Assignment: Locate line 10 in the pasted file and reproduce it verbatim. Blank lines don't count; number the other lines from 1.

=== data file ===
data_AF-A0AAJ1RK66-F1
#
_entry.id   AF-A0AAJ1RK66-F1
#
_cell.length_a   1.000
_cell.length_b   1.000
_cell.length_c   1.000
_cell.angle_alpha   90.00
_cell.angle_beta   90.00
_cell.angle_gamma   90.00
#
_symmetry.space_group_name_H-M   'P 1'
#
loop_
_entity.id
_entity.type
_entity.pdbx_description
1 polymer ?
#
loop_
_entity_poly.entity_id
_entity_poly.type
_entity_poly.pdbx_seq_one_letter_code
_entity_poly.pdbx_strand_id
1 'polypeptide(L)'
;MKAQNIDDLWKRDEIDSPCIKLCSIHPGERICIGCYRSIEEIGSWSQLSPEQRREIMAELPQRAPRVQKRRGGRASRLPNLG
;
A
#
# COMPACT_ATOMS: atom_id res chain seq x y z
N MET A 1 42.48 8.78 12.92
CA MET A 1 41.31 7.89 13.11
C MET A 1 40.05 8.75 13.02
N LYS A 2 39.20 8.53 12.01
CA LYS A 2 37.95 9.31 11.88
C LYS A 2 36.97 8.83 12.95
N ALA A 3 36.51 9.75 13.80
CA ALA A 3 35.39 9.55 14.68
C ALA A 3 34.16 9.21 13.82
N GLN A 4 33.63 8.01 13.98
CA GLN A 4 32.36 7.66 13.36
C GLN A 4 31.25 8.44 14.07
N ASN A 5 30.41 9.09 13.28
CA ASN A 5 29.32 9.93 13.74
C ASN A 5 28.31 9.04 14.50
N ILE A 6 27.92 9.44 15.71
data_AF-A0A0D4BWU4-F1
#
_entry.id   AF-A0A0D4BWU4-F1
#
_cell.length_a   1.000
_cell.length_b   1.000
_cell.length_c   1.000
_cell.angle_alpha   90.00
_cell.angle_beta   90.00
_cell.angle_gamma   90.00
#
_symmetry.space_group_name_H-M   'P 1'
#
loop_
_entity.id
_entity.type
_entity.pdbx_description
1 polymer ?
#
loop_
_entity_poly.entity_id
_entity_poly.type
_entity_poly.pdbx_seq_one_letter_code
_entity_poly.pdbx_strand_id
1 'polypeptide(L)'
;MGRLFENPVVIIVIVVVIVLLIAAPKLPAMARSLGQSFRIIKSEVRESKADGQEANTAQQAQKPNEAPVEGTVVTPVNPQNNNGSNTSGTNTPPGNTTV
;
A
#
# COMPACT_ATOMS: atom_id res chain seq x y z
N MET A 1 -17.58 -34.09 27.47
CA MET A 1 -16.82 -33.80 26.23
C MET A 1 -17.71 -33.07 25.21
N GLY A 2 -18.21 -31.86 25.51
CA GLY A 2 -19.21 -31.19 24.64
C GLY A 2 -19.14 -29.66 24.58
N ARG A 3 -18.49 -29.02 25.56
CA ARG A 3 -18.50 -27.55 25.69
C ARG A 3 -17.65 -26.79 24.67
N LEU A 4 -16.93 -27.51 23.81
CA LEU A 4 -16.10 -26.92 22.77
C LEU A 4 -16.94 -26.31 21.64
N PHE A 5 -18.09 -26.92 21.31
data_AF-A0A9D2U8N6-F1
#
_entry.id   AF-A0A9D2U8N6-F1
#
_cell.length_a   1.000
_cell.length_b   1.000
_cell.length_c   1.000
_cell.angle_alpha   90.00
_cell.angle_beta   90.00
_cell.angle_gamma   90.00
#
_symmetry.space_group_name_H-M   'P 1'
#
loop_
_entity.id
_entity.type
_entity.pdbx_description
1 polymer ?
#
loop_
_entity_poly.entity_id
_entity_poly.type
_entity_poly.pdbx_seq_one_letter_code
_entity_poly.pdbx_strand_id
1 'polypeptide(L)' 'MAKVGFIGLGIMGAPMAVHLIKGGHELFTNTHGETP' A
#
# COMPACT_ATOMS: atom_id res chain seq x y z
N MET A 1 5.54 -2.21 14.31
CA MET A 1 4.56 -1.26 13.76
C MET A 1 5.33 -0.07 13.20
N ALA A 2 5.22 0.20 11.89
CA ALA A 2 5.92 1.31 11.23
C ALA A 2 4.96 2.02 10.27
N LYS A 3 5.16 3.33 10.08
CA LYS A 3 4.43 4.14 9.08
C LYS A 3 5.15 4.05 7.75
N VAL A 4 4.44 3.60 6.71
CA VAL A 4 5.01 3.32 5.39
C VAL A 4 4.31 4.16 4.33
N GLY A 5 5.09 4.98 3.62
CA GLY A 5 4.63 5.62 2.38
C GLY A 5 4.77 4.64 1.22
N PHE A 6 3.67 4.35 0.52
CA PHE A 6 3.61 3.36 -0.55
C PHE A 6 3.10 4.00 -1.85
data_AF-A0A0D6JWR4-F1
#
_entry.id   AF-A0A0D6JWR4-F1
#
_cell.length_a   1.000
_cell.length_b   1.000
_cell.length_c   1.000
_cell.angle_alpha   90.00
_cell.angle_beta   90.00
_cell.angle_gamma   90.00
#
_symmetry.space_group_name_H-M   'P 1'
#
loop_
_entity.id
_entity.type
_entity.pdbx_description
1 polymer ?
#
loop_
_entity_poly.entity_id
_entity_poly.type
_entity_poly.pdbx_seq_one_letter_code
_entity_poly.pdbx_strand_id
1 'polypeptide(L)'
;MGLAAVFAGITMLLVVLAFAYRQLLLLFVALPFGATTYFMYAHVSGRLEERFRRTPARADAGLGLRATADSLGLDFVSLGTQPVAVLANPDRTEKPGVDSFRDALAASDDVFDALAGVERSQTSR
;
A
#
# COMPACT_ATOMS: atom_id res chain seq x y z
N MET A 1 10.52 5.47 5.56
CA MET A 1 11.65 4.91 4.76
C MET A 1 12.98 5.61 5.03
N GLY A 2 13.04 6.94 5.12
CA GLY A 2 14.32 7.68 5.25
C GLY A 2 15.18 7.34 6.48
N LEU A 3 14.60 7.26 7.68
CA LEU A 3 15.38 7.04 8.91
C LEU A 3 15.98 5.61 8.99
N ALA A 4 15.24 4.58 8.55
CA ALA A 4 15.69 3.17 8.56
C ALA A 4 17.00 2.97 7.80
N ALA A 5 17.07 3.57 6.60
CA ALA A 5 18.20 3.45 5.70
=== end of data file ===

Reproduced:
_cell.angle_gamma   90.00